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Why DIY photography needs a bit of effort

I’m a big fan of DIY photography: the quality that can be achieved by everyday cameras (including smartphones) is almost indistinguishable from that provided by high-end equipment, at least if the output is aimed at a typical web page. But the camera operator does need to know what they’re doing, and that seems to be a surprisingly unusual skill for those working in marketing.

Unintuitively, this manifests itself more with stills photography than it does with video. I think viewer expectations may be lower with video, and somehow the whole process is more forgiving. With stills, there’s no tolerance for amateur efforts. A badly-lit product shot on a badly-chosen background will make even a remarkable product look cheap and nasty.

As a magazine editor 25 years ago, I used to go through 50–100 press releases a day, and I recall maybe 10–20% of them being accompanied by photos which were utterly unusable. And these were the ones deemed worthy of sending out to the press! “The best we’ve got available, I’m afraid”, really wasn’t good enough justification then, and it certainly isn’t now.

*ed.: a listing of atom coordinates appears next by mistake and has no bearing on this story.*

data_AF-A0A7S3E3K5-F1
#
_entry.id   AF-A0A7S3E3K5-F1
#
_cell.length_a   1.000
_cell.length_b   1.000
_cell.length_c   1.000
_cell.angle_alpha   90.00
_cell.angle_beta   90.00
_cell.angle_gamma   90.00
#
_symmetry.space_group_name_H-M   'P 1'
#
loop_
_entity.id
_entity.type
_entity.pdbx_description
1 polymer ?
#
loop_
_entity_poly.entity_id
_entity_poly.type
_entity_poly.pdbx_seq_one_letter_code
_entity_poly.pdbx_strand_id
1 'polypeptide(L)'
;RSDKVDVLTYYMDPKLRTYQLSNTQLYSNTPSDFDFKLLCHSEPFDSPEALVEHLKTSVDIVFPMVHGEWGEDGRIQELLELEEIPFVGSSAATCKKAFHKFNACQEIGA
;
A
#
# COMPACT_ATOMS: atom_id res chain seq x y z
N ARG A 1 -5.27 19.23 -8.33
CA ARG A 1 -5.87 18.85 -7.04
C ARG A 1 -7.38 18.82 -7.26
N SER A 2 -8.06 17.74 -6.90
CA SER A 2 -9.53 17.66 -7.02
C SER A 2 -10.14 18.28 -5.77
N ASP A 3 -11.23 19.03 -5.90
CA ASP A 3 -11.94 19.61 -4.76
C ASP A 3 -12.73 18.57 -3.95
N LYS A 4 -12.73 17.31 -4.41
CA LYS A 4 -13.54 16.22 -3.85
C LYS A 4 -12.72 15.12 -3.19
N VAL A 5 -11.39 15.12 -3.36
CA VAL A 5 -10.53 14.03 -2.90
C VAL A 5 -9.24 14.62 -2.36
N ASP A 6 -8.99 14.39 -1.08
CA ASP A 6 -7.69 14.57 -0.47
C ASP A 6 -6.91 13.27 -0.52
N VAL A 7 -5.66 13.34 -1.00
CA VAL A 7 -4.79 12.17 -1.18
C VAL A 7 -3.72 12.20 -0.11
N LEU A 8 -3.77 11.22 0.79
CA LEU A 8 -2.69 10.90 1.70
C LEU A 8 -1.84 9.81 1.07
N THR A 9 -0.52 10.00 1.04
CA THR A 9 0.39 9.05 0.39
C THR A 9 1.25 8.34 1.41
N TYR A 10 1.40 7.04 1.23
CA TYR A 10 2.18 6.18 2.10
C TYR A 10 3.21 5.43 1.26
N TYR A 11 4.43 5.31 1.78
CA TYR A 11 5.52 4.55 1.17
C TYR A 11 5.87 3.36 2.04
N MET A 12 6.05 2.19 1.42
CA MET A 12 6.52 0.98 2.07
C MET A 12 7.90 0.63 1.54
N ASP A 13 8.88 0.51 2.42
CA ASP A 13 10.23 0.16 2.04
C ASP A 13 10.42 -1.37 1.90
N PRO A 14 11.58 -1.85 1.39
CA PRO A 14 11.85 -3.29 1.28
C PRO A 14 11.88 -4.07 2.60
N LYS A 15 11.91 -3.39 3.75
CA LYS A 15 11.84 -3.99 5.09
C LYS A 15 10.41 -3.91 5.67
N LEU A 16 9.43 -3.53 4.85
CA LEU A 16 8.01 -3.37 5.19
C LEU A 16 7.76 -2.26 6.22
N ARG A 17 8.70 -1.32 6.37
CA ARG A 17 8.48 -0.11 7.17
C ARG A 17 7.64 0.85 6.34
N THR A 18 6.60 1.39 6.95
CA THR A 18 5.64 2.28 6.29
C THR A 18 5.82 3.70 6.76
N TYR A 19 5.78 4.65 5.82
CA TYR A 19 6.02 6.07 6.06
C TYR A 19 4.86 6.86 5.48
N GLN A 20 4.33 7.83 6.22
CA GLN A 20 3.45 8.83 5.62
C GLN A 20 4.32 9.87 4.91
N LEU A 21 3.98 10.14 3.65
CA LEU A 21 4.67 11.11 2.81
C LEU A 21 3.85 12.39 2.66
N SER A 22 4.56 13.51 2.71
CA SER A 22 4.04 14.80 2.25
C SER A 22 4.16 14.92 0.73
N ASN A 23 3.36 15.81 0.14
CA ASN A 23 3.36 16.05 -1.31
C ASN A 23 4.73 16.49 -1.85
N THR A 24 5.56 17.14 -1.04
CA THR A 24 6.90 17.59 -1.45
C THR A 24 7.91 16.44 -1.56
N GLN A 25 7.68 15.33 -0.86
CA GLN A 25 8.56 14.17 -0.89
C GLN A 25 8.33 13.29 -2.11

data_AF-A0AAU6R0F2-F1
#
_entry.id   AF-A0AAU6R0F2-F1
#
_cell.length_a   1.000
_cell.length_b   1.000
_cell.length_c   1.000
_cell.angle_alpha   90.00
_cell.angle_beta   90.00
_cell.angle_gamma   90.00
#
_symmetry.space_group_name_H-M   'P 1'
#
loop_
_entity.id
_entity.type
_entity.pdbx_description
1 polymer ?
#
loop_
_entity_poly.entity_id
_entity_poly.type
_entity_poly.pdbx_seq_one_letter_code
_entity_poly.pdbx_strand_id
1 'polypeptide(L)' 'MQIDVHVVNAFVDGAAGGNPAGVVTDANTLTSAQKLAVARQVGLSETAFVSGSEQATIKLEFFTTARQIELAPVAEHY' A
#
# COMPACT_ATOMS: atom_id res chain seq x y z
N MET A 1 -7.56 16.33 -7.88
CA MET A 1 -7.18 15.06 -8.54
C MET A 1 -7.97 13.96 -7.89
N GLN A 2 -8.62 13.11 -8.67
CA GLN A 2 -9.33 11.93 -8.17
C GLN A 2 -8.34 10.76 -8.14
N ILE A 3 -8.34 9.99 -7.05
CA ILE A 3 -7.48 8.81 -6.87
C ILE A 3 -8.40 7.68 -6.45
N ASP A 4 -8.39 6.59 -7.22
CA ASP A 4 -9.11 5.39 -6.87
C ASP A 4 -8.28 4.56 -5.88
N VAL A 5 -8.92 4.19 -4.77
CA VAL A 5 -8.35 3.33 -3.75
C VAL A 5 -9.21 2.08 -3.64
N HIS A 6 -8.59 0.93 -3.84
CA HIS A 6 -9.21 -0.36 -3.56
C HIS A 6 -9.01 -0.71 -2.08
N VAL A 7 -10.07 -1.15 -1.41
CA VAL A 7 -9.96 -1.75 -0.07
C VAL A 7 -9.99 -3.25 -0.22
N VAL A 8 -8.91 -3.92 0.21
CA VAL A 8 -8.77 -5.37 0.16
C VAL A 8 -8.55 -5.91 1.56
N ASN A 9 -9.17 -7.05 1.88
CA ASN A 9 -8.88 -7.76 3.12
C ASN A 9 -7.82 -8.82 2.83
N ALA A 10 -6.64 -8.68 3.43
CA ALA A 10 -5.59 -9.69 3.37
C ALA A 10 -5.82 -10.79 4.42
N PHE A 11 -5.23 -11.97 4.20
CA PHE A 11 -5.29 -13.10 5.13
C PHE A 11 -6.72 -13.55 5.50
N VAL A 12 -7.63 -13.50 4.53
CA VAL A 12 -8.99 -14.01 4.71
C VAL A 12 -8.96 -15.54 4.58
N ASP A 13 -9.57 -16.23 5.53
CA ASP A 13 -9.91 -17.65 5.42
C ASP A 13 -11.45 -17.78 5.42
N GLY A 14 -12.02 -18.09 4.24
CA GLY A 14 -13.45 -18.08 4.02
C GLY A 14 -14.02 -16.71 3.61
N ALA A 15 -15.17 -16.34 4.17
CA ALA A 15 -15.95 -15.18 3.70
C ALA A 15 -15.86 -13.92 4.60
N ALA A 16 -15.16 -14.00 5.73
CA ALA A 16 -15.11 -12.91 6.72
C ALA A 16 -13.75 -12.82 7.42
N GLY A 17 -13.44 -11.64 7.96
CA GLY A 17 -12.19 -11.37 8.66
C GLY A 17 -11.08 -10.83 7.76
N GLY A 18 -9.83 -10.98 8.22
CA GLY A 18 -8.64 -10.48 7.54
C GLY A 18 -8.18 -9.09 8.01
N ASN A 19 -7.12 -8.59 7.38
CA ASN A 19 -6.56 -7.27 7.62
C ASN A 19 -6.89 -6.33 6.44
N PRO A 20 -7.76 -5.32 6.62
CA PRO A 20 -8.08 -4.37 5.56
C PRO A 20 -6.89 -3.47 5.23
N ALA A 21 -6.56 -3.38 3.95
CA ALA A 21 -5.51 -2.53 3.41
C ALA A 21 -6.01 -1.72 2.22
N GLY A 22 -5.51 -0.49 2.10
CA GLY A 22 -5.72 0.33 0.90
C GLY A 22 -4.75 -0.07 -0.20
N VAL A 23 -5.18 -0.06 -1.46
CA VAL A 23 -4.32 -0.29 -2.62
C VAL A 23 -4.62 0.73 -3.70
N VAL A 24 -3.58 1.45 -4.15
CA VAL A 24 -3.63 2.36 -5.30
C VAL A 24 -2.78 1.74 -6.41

I wouldn’t put off anyone from doing their product photography in-house, but like anything else, a decent amount of training is essential. There are loads of free and paid-for courses online, or perhaps a local photographer might be willing to offer some hands-on teaching. Just one hour with a professional photographer a few years ago showed me the transformational advantages of a light box, and even how to make one from some stuff found around the house.